Condition: CDKMetadataAvailable
    Conditions:
    CDKMetadataAvailable:
    Fn::Or:
      - Fn::Or:
          - Fn::Equals:
              - Ref: AWS::Region
              - ap-east-1
          - Fn::Equals:
              - Ref: AWS::Region
              - ap-northeast-1
          - Fn::Equals:
              - Ref: AWS::Region
              - ap-northeast-2
          - Fn::Equals:
              - Ref: AWS::Region
              - ap-south-1
          - Fn::Equals:
              - Ref: AWS::Region
              - ap-southeast-1
          - Fn::Equals:
              - Ref: AWS::Region
              - ap-southeast-2
          - Fn::Equals:
              - Ref: AWS::Region
              - ca-central-1
          - Fn::Equals:
              - Ref: AWS::Region
              - cn-north-1
          - Fn::Equals:
              - Ref: AWS::Region
              - cn-northwest-1
          - Fn::Equals:
              - Ref: AWS::Region
              - eu-central-1
      - Fn::Or:
          - Fn::Equals:
              - Ref: AWS::Region
              - eu-north-1
          - Fn::Equals:
              - Ref: AWS::Region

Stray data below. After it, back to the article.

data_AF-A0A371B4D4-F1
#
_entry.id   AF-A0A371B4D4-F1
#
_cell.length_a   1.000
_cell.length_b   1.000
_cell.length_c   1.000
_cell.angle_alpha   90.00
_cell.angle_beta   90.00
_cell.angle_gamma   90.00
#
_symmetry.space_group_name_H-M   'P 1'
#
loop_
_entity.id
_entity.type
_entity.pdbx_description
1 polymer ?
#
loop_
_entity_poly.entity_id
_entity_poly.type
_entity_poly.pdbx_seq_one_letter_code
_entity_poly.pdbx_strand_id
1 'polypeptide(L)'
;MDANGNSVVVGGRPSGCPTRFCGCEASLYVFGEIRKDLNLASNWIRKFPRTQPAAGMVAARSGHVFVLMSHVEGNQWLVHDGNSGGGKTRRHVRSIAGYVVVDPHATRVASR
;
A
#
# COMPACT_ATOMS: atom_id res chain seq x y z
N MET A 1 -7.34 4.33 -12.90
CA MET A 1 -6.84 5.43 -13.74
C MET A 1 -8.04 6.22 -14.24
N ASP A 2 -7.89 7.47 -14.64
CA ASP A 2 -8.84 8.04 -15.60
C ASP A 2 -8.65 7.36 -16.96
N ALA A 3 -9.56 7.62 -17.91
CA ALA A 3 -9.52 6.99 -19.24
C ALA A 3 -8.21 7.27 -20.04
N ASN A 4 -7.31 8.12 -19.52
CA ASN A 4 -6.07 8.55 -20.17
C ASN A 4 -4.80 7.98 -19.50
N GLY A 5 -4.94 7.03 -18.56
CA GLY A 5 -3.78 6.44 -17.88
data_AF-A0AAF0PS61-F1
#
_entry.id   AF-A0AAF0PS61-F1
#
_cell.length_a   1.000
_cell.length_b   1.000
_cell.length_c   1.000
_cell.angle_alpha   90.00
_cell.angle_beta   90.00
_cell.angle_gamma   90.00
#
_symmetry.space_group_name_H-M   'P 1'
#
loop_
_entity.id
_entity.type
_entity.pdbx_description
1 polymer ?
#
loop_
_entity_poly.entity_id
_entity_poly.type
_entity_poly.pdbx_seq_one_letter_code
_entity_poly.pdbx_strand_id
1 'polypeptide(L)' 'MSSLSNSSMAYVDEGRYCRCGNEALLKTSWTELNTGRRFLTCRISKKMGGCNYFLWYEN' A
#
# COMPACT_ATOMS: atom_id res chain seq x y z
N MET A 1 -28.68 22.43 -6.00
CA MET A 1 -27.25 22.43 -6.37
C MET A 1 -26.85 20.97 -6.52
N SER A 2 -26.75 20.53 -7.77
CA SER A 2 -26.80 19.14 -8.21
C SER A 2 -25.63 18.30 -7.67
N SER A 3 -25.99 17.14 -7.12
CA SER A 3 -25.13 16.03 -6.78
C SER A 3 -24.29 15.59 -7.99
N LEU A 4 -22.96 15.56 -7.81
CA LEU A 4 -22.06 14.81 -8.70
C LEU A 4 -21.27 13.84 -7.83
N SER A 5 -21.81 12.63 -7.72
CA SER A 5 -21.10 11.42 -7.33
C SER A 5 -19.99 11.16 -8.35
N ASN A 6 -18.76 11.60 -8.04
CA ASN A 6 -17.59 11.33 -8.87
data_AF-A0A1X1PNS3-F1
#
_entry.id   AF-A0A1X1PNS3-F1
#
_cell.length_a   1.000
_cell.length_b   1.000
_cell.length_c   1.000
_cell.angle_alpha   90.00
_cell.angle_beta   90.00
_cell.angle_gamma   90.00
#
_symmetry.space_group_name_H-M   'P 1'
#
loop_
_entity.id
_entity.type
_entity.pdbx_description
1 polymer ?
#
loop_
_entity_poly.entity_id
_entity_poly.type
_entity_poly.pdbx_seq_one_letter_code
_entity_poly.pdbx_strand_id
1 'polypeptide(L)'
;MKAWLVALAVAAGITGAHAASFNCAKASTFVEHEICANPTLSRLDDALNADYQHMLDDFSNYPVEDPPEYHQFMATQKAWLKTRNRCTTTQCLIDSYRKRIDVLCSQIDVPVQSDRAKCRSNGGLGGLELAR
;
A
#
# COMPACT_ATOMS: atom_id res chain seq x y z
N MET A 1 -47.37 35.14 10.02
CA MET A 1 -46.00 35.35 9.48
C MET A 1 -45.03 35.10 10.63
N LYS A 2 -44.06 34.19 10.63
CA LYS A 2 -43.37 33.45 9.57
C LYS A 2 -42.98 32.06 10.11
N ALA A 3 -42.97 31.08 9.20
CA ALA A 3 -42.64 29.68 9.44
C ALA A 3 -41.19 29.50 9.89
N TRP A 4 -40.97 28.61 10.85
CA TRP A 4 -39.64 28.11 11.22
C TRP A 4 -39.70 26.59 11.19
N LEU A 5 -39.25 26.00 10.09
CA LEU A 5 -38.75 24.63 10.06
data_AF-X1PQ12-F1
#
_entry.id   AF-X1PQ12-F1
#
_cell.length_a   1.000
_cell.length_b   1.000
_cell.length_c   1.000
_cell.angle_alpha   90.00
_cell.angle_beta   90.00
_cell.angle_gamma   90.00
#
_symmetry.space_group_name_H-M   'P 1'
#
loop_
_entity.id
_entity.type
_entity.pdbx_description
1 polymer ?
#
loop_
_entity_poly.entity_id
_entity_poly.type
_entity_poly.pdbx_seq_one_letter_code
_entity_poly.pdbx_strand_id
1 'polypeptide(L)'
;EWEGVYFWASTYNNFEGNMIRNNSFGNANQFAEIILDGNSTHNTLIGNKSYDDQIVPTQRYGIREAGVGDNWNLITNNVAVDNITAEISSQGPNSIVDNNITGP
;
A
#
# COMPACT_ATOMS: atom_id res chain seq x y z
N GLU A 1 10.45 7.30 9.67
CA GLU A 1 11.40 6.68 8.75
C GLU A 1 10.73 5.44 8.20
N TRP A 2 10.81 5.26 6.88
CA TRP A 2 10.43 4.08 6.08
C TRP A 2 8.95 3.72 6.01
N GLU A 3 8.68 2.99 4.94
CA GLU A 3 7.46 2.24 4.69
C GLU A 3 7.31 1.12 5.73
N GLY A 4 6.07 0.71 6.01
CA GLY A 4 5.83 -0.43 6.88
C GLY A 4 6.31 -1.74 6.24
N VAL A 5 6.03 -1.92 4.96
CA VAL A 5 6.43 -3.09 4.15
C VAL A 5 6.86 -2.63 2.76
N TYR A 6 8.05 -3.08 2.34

- eu-west-1
          - Fn::Equals:
              - Ref: AWS::Region
              - eu-west-2
          - Fn::Equals:
              - Ref: AWS::Region
              - eu-west-3
          - Fn::Equals:
              - Ref: AWS::Region
              - me-south-1
          - Fn::Equals:
              - Ref: AWS::Region
              - sa-east-1
          - Fn::Equals:
              - Ref: AWS::Region
              - us-east-1
          - Fn::Equals:
              - Ref: AWS::Region
              - us-east-2
          - Fn::Equals:
              - Ref: AWS::Region
              - us-west-1
          - Fn::Equals:
              - Ref: AWS::Region
              - us-west-2
  2. Deploy using cdk deploy.

Code packages, etc

I have a Github repository with all the code in it. This blog is deployed to infrastructure created using the code above, the code for which is here.

TechnologyAWSCDKJava

Abhishek Dey Das

I am a Software Development Engineer at Amazon Canada and love working on complex distributed systems, both organic and algorithmic. More recently I have taken an interest in React and front-end development. In my free time, I like to take photos, spend time with my family and travel.

If you'd like to chat, drop me a line: